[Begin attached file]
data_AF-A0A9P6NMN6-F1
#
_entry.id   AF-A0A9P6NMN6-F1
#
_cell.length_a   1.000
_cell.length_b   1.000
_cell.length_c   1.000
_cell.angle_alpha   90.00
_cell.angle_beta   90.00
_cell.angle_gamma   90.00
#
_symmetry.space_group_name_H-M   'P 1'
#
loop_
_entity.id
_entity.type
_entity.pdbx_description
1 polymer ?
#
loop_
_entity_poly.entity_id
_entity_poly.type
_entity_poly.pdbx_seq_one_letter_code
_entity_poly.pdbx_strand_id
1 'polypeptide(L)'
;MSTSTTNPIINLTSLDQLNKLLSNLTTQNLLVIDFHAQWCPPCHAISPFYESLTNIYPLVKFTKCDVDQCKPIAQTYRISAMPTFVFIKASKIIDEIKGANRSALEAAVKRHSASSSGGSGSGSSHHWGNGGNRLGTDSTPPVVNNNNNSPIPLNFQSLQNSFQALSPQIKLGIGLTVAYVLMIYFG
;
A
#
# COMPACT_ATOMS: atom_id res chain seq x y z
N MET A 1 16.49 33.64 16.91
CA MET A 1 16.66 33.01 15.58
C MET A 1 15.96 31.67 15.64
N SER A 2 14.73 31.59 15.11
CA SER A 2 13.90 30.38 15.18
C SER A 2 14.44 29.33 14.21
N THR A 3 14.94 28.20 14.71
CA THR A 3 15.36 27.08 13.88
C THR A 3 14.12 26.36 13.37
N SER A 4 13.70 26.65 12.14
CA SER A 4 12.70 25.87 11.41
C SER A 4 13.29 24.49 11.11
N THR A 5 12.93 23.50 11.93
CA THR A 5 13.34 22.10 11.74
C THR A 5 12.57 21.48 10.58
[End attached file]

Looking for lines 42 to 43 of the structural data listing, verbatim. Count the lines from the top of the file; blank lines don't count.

C SER A 4 13.29 24.49 11.11
N THR A 5 12.93 23.50 11.93